The Seattle-born LaTourelle was a surprise choice as Jennifer, since, although Kaufman appreciates her acting skills, she isn't the "zaftig" type who normally appears in Troma productions. "Alyce is an amazingly talented actress. She's got an amazing sense of humor. Nobody expected me to pick her. You know, clearly her breasts are not the, uh, magnitude one would expect (in a Troma film), but I picked her because she was the best actress who came in and the funniest. I prefer small-breasted women, actually."

Ironically, the funniest performance is essayed by Kaufman himself, who is broadly hilarious as Larry Benjamin, the blind, befuddled director of the film-within-the-film. Whether pep-talking his crew with cheers of "Let's go make some art!" or obliviously splashing urine on nearby fornicators, Benjamin is really the heart and soul of TERROR FIRMER. Surprisingly, Kaufman regrets playing the role himself, which was done out of necessity. "We have a wealth of young new talent--you've got them lining up around the block--but older people are not that interested in working for free. So the people available to me in my age group were minimal. Quite frankly, I was a better actor that what the field exhibited. To me, it's purely playing myself as a caricature of myself. I wish I could have had an actor who would have given a little more depth to the character, but I was better than anyone else I could afford."

Kaufman, an outspoken and erudite man who can speak with intelligence and good humor on any number of subjects ranging from politics and literature to economics and the decline of American artistic standards, considers himself an artist, and seems surprised that the filmmaking Establishment (re: Hollywood) doesn't. "I take my movies very seriously. I do not take myself seriously. TERROR FIRMER took two years of my life. There are low-budget exploitation film directors who are interested in churning out the movies and making what is called 'schlock'. I don't make schlock. I make Troma movies, and there's a tremendous difference." Kaufman's films have been feted at various film festivals around the world, including Cannes, and in December, a retrospective of 14 Troma pictures will be highlighted at Anthology Film Archives, an organization dedicated to the preservation and exhibition of independent avant-garde cinema. His influence is being felt among mainstream filmmakers today. "The Farrelly Brothers, as talented as they may be, are doing what we did fifteen years ago. The New Orleans Times-Picayune recently reviewed TERROR FIRMER, and said, 'Without Lloyd Kaufman, there would have been no THERE'S SOMETHING ABOUT MARY.' If you've seen ME, MYSELF & IRENE, the Carvel shot was in SQUEEZE PLAY!, which we made in 1976."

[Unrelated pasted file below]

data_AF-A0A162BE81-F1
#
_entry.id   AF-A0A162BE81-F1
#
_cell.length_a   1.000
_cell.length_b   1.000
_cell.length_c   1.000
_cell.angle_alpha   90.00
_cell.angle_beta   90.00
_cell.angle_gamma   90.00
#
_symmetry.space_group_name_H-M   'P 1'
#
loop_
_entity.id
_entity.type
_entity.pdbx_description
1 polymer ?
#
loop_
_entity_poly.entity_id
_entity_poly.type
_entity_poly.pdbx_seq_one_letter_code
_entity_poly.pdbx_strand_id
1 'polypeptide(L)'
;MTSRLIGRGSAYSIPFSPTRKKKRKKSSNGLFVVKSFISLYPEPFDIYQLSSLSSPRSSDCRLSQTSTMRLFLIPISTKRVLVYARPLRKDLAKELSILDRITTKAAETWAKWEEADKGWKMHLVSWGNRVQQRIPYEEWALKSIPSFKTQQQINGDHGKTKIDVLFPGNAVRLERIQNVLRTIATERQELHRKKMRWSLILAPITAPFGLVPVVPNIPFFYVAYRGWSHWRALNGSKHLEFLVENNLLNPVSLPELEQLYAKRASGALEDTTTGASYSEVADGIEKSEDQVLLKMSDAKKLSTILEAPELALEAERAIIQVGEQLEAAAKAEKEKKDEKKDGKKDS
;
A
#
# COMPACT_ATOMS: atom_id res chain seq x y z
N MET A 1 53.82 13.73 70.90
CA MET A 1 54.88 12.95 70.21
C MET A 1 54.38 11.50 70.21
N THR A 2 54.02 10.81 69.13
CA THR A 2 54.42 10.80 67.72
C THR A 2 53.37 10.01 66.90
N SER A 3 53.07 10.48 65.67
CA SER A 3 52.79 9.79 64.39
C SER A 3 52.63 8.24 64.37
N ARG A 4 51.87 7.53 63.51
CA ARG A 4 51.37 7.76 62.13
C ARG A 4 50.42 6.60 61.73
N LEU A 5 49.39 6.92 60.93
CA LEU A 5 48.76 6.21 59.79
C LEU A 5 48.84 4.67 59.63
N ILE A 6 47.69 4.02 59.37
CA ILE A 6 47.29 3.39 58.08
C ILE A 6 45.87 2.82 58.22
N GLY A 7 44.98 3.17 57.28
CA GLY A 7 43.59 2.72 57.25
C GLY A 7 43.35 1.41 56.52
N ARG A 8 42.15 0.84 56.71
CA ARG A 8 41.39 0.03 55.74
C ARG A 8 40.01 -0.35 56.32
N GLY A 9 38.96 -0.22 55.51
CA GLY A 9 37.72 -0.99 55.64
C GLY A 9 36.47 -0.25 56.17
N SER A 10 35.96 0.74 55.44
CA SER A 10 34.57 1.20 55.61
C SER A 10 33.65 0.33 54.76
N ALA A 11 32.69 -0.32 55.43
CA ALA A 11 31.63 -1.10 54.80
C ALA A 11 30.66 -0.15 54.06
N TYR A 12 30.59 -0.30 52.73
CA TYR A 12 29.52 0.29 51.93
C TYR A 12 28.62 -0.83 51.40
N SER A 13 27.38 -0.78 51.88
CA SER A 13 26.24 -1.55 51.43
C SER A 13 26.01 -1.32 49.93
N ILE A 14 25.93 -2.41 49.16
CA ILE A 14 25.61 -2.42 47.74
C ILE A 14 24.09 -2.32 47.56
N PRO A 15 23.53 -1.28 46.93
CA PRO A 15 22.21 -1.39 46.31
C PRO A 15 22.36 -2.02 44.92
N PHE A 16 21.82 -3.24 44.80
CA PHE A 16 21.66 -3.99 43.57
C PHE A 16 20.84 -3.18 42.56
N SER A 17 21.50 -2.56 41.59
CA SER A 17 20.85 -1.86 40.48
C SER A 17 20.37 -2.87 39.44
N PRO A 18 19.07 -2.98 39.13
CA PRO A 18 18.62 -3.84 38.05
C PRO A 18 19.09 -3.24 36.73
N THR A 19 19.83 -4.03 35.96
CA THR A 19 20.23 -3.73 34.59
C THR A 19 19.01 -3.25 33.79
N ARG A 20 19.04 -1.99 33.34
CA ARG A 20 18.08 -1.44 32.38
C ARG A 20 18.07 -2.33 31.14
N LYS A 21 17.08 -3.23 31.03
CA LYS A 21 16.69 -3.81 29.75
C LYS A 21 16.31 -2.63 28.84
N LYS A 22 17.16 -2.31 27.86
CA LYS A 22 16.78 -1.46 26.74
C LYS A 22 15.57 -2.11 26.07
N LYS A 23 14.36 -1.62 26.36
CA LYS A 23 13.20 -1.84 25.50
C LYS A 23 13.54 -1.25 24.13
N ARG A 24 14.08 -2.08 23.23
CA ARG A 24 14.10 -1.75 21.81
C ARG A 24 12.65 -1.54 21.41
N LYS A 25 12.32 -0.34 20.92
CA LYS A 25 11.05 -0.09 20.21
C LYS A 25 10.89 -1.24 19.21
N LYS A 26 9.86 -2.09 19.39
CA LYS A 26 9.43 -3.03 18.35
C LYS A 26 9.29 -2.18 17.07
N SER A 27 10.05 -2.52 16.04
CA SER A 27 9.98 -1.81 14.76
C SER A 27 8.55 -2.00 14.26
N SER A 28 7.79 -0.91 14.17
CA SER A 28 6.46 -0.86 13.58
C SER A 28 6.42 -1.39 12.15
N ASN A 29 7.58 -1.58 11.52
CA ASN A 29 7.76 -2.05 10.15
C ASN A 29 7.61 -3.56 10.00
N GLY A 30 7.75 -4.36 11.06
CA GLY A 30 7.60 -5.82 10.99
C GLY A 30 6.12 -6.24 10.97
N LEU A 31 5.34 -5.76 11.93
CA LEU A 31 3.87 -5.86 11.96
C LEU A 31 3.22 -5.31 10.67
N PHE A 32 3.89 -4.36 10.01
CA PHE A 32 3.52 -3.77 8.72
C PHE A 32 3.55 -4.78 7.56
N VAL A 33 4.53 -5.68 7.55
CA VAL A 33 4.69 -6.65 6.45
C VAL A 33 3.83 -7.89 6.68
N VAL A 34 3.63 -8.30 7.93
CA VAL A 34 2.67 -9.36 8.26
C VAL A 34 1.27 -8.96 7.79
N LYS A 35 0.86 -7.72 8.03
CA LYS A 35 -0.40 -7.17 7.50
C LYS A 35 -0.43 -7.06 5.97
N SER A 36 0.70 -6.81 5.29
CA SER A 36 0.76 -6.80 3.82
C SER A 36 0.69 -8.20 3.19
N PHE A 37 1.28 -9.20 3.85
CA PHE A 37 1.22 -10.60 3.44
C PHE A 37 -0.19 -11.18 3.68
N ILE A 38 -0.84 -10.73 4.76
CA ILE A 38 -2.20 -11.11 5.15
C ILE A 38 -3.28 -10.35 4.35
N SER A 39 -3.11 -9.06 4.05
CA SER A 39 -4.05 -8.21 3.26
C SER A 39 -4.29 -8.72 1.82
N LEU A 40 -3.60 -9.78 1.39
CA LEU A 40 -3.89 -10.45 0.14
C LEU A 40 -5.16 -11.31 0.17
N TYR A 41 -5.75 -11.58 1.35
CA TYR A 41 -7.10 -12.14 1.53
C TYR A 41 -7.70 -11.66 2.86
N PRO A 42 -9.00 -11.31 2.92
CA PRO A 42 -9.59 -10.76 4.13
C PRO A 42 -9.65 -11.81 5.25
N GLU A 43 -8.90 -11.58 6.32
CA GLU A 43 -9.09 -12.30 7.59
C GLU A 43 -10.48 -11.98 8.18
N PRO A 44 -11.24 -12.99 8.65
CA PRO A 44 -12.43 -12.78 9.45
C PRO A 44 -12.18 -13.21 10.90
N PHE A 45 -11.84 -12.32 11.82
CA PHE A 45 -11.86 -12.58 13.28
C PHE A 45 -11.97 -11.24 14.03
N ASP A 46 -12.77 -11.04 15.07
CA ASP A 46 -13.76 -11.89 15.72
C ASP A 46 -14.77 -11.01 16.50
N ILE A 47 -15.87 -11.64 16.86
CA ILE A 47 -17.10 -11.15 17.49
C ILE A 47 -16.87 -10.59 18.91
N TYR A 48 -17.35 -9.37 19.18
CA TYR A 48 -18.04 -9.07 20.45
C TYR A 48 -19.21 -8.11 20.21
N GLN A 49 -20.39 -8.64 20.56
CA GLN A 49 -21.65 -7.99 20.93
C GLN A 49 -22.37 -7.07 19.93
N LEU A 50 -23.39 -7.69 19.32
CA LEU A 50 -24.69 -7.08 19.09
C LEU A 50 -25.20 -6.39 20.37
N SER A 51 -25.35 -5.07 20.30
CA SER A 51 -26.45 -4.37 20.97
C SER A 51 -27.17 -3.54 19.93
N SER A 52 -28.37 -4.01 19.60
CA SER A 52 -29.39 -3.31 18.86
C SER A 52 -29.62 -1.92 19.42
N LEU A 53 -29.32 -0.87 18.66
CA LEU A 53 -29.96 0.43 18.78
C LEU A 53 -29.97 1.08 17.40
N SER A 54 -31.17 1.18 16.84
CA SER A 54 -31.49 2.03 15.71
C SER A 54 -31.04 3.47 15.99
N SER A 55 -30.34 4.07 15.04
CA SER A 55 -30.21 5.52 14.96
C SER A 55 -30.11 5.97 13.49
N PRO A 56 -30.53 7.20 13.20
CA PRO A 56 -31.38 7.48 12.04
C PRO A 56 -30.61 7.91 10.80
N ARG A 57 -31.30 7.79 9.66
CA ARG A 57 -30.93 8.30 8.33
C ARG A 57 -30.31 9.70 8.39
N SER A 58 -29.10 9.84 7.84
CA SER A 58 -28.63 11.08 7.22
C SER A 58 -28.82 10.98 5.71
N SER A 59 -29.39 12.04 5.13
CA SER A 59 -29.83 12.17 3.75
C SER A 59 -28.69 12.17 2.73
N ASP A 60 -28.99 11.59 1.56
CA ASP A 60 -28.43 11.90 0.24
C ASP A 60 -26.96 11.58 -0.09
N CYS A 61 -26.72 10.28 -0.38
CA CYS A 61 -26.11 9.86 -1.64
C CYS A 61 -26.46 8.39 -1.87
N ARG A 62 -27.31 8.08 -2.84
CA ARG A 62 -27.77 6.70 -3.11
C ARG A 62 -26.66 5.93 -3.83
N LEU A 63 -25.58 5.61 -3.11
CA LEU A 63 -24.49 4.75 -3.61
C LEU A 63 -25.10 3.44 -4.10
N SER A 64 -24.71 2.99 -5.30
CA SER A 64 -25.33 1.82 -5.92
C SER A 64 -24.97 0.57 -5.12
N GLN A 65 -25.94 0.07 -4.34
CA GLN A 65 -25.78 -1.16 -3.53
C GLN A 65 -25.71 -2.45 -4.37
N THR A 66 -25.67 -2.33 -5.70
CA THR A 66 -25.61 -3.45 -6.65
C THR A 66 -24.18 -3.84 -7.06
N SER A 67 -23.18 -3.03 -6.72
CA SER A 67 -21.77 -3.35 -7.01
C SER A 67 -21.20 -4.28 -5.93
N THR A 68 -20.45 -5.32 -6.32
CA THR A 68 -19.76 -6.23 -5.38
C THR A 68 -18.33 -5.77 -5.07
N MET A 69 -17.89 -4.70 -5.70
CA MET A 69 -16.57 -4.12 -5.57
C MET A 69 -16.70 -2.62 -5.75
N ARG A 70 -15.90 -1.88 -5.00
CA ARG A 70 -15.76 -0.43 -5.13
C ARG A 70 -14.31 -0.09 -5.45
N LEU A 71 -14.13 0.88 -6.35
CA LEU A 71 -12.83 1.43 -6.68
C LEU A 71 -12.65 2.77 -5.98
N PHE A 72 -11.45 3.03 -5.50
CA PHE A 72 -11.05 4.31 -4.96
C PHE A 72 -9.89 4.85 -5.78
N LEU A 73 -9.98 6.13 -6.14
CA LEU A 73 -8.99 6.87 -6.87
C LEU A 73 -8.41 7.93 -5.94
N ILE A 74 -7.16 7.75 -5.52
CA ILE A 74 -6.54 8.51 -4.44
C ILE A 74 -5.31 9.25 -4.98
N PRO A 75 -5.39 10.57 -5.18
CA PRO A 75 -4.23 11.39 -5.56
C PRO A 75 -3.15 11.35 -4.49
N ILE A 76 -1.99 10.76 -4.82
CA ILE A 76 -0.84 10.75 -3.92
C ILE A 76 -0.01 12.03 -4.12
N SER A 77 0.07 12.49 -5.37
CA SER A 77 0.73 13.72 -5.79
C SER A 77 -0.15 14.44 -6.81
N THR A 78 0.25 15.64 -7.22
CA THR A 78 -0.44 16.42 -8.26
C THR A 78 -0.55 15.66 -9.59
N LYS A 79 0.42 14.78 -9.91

According to Kaufman, TERROR FIRMER's theatrical response has been successful. It will hit video shelves in January on both VHS and DVD, with both the R-rated version and the unrated "Director's Cut" appearing on the DVD, along with three audio commentaries, a making-of documentary, trailers and more. Of course, that's assuming TERROR FIRMER ever receives an R from the MPAA. "It has been submitted numerous times, and they are doing their best to disembowel it. I hate them. They clearly are there to do the bidding of the giant conglomerates. They will give Disney (which owns Miramax, the studio that released SCARY MOVIE) an R rating for a movie that has a penis being shoved through somebody's head, but with TERROR FIRMER, we have to cut out vocabulary. You cannot imagine what they're making us do to get the R rating."

Next up for Troma will be CITIZEN TOXIE, the fourth adventure in the TOXIC AVENGER saga, which will premiere at the San Sebastian Film Festival. "Wait'll you see CITIZEN TOXIE!" Kaufman proclaims. "It's got time travel, a parallel universe, six different superheroes, car crashes, fighting, gunfights, machine guns--it's just unbelievable, and we've done it for under a half-million bucks". It will assuredly also contain the irreverence and undeniable appeal that keep the studio's fans--dubbed "Tromaniacs"--coming back for more, and sets Troma apart from every other moviemaking force in America today. Love it or hate it, a Troma film is like no other, thanks to the independent spirit of its guiding creative force, Lloyd Kaufman.